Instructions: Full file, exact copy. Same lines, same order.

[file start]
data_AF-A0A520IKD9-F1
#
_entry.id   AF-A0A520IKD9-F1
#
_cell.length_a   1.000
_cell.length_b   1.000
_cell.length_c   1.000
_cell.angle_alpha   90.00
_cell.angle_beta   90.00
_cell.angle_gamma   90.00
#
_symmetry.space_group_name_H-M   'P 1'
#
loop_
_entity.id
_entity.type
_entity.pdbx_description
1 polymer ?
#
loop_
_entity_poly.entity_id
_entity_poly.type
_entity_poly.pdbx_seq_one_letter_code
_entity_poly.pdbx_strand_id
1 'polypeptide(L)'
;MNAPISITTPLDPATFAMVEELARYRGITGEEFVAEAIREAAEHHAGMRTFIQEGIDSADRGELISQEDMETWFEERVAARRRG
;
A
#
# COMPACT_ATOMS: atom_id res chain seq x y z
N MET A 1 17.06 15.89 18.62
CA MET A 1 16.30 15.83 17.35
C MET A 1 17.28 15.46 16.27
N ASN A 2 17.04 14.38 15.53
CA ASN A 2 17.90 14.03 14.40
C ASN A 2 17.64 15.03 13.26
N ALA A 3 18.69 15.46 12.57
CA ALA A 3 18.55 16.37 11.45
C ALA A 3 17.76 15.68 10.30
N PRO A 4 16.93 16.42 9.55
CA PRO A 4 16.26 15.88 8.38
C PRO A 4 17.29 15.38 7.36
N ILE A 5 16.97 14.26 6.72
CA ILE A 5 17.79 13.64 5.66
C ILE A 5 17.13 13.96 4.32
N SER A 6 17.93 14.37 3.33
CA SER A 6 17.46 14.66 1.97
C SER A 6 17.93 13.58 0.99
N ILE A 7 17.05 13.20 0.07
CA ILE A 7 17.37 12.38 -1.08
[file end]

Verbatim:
data_AF-A0A520IKD9-F1
#
_entry.id   AF-A0A520IKD9-F1
#
_cell.length_a   1.000
_cell.length_b   1.000
_cell.length_c   1.000
_cell.angle_alpha   90.00
_cell.angle_beta   90.00
_cell.angle_gamma   90.00
#
_symmetry.space_group_name_H-M   'P 1'
#
loop_
_entity.id
_entity.type
_entity.pdbx_description
1 polymer ?
#
loop_
_entity_poly.entity_id
_entity_poly.type
_entity_poly.pdbx_seq_one_letter_code
_entity_poly.pdbx_strand_id
1 'polypeptide(L)'
;MNAPISITTPLDPATFAMVEELARYRGITGEEFVAEAIREAAEHHAGMRTFIQEGIDSADRGELISQEDMETWFEERVAARRRG
;
A
#
# COMPACT_ATOMS: atom_id res chain seq x y z
N MET A 1 17.06 15.89 18.62
CA MET A 1 16.30 15.83 17.35
C MET A 1 17.28 15.46 16.27
N ASN A 2 17.04 14.38 15.53
CA ASN A 2 17.90 14.03 14.40
C ASN A 2 17.64 15.03 13.26
N ALA A 3 18.69 15.46 12.57
CA ALA A 3 18.55 16.37 11.45
C ALA A 3 17.76 15.68 10.30
N PRO A 4 16.93 16.42 9.55
CA PRO A 4 16.26 15.88 8.38
C PRO A 4 17.29 15.38 7.36
N ILE A 5 16.97 14.26 6.72
CA ILE A 5 17.79 13.64 5.66
C ILE A 5 17.13 13.96 4.32
N SER A 6 17.93 14.37 3.33
CA SER A 6 17.46 14.66 1.97
C SER A 6 17.93 13.58 0.99
N ILE A 7 17.05 13.20 0.07
CA ILE A 7 17.37 12.38 -1.08